When Victoria Adams’ life took a turn for the worst, she lost everything---her job, her home and her vehicle.
“I was devastated,” said Adams. “Sometimes, we go through struggles and tragedies. Some people give up because they don’t think there are opportunities out there anymore. I was one of those people.”
She reached out to Family Promise for shelter and support. In addition to helping her regain control of her life, the nonprofit organization also nominated Adams to receive a restored vehicle as part of the National Auto Body Council’s (NABC) Recycled Rides program. That was two years ago.
“These wonderful people working for these programs have made a positive and influential difference in my life,” she said. “They gave me and my child a better opportunity to grow.”
Recycled Rides involves collision repairers teaming up with insurers, car rental agencies, parts suppliers, salvage companies and vendors to restore and donate vehicles to those in need.
“We gather together as a team with one goal---to improve the life of an individual and their family,” said Linda Sulkala, NABC Recycled Rides program manager.
During the NACE Automechanika tradeshow held in Chicago, IL, in July, NABC presented four recipients with vehicles as part of Recycled Rides.
“Since 2007, we have been able to provide almost 2,000 families 2,000 vehicles to improve their lives,” said Linda.
This year, NABC’s goal is to donate 300 vehicles across the country, including one in every state. NABC also partners with 1-800 Charity Cars, which donates its services to process the paperwork to transfer the vehicle title from the donor to the recipient.
“All of us together have taken a vehicle that once upon a time was unable to be repaired simply because it cost too much,” said Chuck Sulkala, executive director of NABC. “By donating services and products, we have now made that cost very minimal and returned the vehicle back to its quality of life so somebody could have good use of it and get back on their main stream of life.”
Dominic Brusco, chairman of NABC, said that what NABC does and why it does it changes and saves lives.
“We want to help people who are less fortunate,” Brusco said. “It makes us feel good and it does truly change the world.”
The first two recipients announced during NACE Automechanika were nominated by Catholic Charities of the Archdiocese of Chicago’s Supportive Services for Veterans’ Families (SSVF), and introduced by the organization’s case manager, Debra Johnson.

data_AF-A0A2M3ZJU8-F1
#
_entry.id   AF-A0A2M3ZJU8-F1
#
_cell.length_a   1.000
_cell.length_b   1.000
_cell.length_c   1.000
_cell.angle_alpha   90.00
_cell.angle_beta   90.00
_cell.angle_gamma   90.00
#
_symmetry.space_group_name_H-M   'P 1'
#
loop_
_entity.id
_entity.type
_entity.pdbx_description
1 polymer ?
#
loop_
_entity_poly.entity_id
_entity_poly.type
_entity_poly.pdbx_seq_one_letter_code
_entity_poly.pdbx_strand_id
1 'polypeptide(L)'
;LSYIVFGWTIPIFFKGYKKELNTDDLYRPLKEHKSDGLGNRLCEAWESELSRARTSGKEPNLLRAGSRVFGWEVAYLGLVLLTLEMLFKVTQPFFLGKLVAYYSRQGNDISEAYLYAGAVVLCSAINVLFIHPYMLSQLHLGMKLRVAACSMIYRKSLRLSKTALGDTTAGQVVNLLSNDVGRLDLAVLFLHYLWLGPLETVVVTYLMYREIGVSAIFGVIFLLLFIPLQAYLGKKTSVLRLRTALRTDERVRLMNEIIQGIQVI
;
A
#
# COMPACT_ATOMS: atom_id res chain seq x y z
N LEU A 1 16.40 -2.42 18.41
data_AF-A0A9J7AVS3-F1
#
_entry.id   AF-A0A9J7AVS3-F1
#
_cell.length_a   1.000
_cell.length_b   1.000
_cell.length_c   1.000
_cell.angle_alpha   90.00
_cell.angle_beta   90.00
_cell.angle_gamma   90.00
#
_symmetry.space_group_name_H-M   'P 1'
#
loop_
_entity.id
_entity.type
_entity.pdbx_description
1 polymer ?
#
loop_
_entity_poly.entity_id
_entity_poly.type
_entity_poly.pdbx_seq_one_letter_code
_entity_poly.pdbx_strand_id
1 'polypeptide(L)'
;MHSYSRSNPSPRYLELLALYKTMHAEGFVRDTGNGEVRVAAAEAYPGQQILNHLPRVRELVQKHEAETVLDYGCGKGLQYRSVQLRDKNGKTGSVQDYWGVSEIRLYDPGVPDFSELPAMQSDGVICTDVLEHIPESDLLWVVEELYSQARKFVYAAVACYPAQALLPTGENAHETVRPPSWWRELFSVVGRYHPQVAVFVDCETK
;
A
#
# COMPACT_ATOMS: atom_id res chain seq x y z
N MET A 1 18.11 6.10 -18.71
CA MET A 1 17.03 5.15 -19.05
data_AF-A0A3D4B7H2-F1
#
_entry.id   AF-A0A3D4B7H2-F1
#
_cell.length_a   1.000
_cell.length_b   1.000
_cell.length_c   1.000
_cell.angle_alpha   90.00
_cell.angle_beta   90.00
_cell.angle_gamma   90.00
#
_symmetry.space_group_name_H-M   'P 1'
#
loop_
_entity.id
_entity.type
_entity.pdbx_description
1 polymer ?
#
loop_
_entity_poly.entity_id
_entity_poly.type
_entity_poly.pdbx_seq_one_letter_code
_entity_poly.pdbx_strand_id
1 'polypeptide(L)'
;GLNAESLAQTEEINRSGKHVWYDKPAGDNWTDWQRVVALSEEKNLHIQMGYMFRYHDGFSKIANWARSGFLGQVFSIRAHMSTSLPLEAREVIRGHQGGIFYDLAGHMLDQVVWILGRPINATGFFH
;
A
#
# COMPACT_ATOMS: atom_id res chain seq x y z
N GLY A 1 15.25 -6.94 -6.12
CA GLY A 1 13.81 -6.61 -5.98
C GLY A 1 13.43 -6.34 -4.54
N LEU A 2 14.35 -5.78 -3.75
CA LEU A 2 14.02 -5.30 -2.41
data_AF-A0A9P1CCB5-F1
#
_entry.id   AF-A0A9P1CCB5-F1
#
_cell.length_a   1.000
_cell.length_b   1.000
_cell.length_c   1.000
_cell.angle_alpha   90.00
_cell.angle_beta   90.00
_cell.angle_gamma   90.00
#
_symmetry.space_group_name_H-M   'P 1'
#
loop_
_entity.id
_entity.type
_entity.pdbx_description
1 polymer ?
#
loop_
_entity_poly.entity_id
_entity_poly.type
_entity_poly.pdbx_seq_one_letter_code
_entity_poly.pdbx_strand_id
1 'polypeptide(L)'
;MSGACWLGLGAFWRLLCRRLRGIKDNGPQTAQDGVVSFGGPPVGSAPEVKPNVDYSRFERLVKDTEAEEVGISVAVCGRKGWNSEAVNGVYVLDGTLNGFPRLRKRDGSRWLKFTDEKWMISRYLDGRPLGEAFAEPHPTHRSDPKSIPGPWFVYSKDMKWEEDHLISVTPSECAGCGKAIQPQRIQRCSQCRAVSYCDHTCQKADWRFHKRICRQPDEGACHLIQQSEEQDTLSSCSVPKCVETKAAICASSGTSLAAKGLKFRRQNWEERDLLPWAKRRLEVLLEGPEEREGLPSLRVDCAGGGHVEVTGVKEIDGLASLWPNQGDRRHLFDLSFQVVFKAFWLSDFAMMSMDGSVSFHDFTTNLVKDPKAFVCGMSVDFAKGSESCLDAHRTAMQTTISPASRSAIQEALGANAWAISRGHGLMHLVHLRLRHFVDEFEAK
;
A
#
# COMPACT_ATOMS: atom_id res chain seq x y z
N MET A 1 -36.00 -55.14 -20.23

Recipient: Devin Evans
Vehicle: 2011 Buick LaCrosse
Vehicle Donor: IAA represented by Jim Smith and Vince Donohoe
Repairer: Gerber Collision & Glass in Schaumburg, represented by Eric Ohava, VP of the company
A service veteran who toured in Iraq and Afghanistan, Evans has received numerous awards. In 2016, she attended college majoring in early childhood education while working part-time. The challenges of being a single mother on a minimal income resulted in the loss of her vehicle. She was homeless when she entered the SSVF program in 2016, run by Catholic Charities of the Archdiocese of Chicago. She now has a steady job and was recently promoted. Evans said the vehicle will enable her to have reliable transportation and support her family’s needs. “Everybody goes through difficult times, but you just have to keep your head up and keep moving,” she said.
Recipient: Angela Walk
Vehicle: 2012 Chevrolet Sonic
Vechicle Donor: State Farm, represented by Elizabeth Clark
Repairer: ABRA Auto Body & Glass Naperville, represented by Louis Sloka, commercial account executive
Walk, also a service veteran, began boot camp in 1990 and trained as a jet engine mechanic. She was one of only a few women who repaired jet engines at that time. After an honorable discharge in 1993, Walk earned an associate degree in accounting. She worked in various accounting positions before returning to Chicago to care for her ill mother. In 2017, Walk lost her job and ultimately her car after being involved in an accident. She joined the SSVF program and started working at Edward Hines Jr. Veteran’s Administration Hospital while regaining her mobility. “No longer will I have to ride the bus. To be given this car is a great honor and privilege,” said Walk. “I am exceptionally blessed and fortunate.”
The following two recipients were nominated by Family Promise of Chicago North Shore. Executive Director Tracy McKeithen announced the winners.
Recipient: Glenda Taylor
Vehicle: 2016 Ford Fusion
Vehicle Donor: Allstate Insurance, represented by Steve Kelly, Allstate regional claims manager
Repairer: Service King Collision Repair in Libertyville, represented by Marissa Caruso, regional business development manager.
Taylor was living in the Family Promise shelter program with her daughter and grandson. Her daughter had a very long work schedule and commute every day, so Taylor took her grandson to school and other activities on the bus. It took more than an hour each way before going to work herself. “Having a car is probably going to cut my time by more than half, and that will help us have more of a normal life,” she said. “It will make my life and the life of my grandchild and my daughter much better. I’m very appreciative of everyone who was able to make this possible.”
Recipient: Harriett Fomond
Vehicle: 2016 Nissan Altima
Vehicle Donor: Enterprise Rent-A-Car, represented by Gary Jefferson, director of insurance replacement sales in Chicago
Repairer: All Line CARSTAR, represented by Teresa Kostick, president
Fomond and her family were sleeping in a van when they learned of the Family Promise program. She and her daughter were taking the bus with her three grandchildren. A typical day involved taking multiple buses to drop off the kids at different places and then go to work. “With this car to get around, it will be so much easier now,” said Fomond. “Thank you to everyone who participated in making this possible for me, my grandkids and my daughter.”